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Government’s Negligent Failure to Preserve Evidence Did Not Warrant Dismissal

Miller v. Holzmann, 2007 WL 172327 (D.D.C. Jan. 17, 2007)

In this decision, Magistrate Judge John H. Facciola recommended that defense motions for dismissal as a sanction for the government’s alleged discovery abuses be denied. One event that was cited as partial support for the motions was the destruction of a government file in accordance with the pertinent National Archives and Administration Act schedule. The file contained a complete copy of materials that had been gathered in response to a related FOIA request, including materials that were exempt from production under FOIA. The employee who destroyed the file explained that she was not aware that the lawsuit or any other litigation was pending and that she would not have destroyed the file had she known it was.
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MDL Case Management Order Addresses Various E-Discovery Issues

In re Seroquel Prods. Liab. Litig., 2007 WL 219989 (M.D. Fla. Jan. 26, 2007)

In this opinion, the district court adopted the report and recommendations of the magistrate judge relating to the parties’ joint motion for entry of case management orders. The modified case management order entered by the court contained a number of provisions relating to electronic discovery, including one that allowed plaintiffs to conduct information interviews of knowledgeable AstraZeneca-employed IT persons about some 14 categories of databases and how information could potentially be produced or extracted from them. One of the categories included databases of “instant message, voicemail, discussion forum and prior website page databases, transcripts and recovery.”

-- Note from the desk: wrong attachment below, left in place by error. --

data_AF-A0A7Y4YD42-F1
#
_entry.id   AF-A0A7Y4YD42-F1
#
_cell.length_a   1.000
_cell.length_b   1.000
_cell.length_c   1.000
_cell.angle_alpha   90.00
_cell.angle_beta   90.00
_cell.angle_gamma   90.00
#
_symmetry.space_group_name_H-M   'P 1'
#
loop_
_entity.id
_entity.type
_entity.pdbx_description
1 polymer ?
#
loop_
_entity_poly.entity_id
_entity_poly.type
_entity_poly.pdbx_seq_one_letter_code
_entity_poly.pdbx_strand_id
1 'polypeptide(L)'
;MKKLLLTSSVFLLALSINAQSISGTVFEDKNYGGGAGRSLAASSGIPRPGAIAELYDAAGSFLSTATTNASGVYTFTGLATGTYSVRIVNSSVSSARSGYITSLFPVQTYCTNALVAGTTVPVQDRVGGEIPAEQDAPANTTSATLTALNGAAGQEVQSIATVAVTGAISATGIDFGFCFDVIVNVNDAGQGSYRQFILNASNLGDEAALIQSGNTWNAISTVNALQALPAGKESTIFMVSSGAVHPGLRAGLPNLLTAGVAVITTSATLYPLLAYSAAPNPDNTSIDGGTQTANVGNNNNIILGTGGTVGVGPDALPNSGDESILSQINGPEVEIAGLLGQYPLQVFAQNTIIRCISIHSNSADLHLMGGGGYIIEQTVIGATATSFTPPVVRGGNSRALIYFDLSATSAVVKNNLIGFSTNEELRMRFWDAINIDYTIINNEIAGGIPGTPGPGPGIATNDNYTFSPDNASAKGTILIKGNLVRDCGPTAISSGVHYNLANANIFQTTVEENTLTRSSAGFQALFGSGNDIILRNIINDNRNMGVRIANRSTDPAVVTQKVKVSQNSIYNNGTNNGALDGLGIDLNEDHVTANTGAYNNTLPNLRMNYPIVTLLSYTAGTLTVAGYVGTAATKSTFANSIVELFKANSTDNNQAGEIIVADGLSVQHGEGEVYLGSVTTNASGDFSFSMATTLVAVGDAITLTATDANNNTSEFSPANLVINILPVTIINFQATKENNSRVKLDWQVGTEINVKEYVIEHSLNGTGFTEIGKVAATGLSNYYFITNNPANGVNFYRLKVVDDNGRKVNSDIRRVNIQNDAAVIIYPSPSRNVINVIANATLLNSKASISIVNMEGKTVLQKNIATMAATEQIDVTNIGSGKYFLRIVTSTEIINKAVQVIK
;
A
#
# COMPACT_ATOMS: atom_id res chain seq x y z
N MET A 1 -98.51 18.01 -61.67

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Court Denies Access to Hard Drives as Unwarranted “Fishing Expedition”

Balfour Beatty Rail, Inc. v. Vaccarello, 2007 WL 169628 (M.D. Fla. Jan. 18, 2007)